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Why is it that human beings have a tendency to want to classify things? Does it make it easier for us to digest something if we can put it in a box with similar products? This seems to happen in music a lot, especially in hip hop, since it has been fractured into so many sub-genres. Sometimes I think it's the easy way out to listen to a couple of songs and throw an artist under some label. In fact, as I listened to Heath McNease's 'The Gun Show', I was tempted to do just that. After numerous allusions to Star Wars, Lord of the Rings, video games and an entire song titled "Nerd Out", I was tempted (and I doubt I'm alone) to throw Heath McNease into the nerdcore sub-genre that artists such as MC Frontalot and MC Chris have pioneered over the past decade or so. However, to do such a thing would probably be short sighted, and unfair. If you listen closely, he's not just tossing out random geek culture references (although, I have to admit, I was impressed by the extent of his Saved By the Bell knowledge in "Y'all Ain't VIP", even going so far as to name check Tori Spelling's short lived character, Violet Bickerstaff), he's telling stories that are uniquely his own.
From a musical perspective, Heath McNease is an interesting individual. Balancing a strong underground sensibility and flow with strong hooks and mostly excellent sung vocals, he is equally at home flowing over a variety of production techniques and styles. In fact, one of the strongest things about this album is the variety that comes with it. 'The Gun Show' is a collection of songs that are so varied that it almost makes the album completely cohesive. From the somewhat psychedelic vibe of "Common Cold" to the bluesy vibe of "Space Cowboy" to the vaguely reggae-esque vibe of both "Zion" and "Thank You," the production on 'The Gun Show' isn't content to sit within one musical designation. I could take the easy way and say that the variety of tracks is primarily due to the number of different producers attached to this project (7 different producers on 17 tracks), but since Heath McNease is listed as co-producer on 13 tracks, I think it's as much a function of his varied musical tastes as it is the influence of the rest of the production team. Vocally, Heath McNease has a lot going for him. He's got a strong flow and voice that strikes me as a cross between Luke Geraty and Sintax.the.terrific. The Luke Geraty connection really came out for me in the track "Pity Party." In addition to having a strong voice on the rap thing, he's also got a pretty smooth singing voice. This is put to exceptional use on tracks like the acoustic guitar driven "I Will Live."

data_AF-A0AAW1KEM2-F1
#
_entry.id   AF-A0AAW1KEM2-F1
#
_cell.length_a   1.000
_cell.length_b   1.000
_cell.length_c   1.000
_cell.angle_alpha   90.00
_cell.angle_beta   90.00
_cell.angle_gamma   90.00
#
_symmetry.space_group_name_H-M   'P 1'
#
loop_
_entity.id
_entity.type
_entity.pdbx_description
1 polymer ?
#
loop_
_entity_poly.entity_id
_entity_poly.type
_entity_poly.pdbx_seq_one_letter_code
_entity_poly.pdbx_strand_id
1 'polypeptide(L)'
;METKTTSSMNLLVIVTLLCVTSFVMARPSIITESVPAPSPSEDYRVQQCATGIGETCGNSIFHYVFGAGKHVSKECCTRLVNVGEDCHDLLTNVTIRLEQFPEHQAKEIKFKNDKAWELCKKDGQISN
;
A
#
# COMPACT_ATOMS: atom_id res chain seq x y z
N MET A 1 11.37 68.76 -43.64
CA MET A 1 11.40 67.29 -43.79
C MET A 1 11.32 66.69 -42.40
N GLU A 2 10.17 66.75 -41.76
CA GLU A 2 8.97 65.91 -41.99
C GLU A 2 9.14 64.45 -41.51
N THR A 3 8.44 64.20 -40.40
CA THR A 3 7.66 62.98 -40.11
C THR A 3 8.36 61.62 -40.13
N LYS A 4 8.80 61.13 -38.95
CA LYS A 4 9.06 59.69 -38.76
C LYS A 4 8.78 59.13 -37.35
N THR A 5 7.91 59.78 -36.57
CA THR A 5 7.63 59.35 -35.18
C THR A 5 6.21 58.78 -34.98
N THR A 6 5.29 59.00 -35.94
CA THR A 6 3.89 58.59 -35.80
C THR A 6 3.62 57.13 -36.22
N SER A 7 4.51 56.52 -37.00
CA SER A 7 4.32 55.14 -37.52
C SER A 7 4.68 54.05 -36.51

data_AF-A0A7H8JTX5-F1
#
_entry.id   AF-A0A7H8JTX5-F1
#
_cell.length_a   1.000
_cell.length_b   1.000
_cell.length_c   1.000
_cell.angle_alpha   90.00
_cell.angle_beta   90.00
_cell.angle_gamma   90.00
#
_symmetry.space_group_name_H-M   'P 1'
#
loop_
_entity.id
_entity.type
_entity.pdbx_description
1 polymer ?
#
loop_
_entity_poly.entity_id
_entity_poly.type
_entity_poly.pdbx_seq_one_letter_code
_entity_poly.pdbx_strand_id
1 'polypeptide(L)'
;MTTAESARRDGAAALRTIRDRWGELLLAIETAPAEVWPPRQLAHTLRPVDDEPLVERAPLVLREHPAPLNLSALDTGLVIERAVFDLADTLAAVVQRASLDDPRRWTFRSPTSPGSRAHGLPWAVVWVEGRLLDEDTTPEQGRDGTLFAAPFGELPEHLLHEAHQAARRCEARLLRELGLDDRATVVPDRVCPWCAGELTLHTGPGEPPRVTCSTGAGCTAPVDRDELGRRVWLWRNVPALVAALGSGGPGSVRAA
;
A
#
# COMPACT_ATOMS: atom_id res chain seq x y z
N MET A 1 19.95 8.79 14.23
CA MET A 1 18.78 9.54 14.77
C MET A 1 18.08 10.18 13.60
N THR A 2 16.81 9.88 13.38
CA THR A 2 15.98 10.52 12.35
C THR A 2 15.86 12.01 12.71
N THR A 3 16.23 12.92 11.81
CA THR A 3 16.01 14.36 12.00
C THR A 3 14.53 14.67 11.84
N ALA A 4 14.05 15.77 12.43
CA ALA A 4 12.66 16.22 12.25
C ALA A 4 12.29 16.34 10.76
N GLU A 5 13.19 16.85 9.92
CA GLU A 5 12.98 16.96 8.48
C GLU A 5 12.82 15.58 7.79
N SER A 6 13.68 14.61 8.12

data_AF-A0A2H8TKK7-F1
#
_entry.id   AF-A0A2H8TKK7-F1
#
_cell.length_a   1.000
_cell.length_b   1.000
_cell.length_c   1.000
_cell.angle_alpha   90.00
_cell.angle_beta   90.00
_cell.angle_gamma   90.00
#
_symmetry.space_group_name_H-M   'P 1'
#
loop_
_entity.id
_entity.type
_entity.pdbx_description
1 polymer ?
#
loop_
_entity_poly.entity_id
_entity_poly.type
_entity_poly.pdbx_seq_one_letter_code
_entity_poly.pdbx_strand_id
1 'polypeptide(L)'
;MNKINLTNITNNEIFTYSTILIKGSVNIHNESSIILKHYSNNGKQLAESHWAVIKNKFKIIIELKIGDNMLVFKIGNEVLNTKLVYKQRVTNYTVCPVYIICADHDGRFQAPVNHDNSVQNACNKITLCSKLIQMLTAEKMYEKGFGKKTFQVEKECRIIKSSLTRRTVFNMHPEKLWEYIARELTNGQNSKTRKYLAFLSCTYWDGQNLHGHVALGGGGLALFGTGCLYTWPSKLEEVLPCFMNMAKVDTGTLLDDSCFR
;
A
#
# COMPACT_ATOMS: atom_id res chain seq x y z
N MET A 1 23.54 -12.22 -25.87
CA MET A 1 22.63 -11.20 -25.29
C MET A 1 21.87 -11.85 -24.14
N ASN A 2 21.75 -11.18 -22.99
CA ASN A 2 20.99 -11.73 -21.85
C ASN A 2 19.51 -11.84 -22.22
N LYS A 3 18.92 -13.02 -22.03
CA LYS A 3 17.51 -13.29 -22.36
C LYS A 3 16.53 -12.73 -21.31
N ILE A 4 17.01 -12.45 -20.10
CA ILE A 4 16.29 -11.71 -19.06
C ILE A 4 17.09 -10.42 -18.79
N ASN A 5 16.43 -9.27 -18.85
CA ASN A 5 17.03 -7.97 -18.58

Lyrically, Heath McNease is throwing out all manner of pop culture references, but he's also taking time to rap about real life issues. "Makeshift Doxology" is probably the stand out track in this regard, starting out as a first person cautionary tale about the dangers of drinking to confession to a prayer of acceptance of Christ. It's an extremely effective track, that is alternately haunting and moving. There are other tracks that tackle topics of import, such as the depiction of abuse and neglect in "Pity Party." But I have to be honest, he's really at his best when he's being somewhat silly, and clowning around. I mean...where else can you hear a rapper compare himself to Nigel Tufnel or Matt Foley? And it's not just the fact that he makes these comparisons and references, but he does it with excellent timing and word choice. The fun only increases when he works with two of my favorite clown princes of hip hop, Pigeon John ("American Idle") and Playdough ("The Gun Show"). Both guests, plus RedCloud (on the track "Zion") do what guests should. They enhance the tracks they appear on, but don't overwhelm them so much that they take away from the main attraction.
I really enjoyed this album...however, I will point out that Heath McNease isn't necessarily for everyone. His music is certainly not traditional hip hop, and even within the sub-genre of Christian hip hop, it will likely be seen as a bit of an oddity. If you like experimental or non-traditional hip hop, buy your ticket to "The Gun Show." You might just have a good time.
Purchase on iTunes or AmazonMP3
Label: 7 Spin Records
Release Date: March 1, 2010
1. Chalk Outline
2. The Gun Show (ft. Playdough)
3. Everything Goes
4. Nerd Out (12 Point Power Sword)
5. Common Cold
6. Disco Biscuits (Matt Foley's Return)
7. Thank You
8. American, Idle (ft. Pigeon John)
9. Space Cowboy
10. Pity Party
11. I Will Live
12. Y'all Ain't VIP
13. Firing Squad
14. Zion (ft. RedCloud)
15. All Hail Medusa (When A Gorgon Becomes A Siren)
17. Makeshift Doxology
18. Nintendo Thumb (Bonus Track)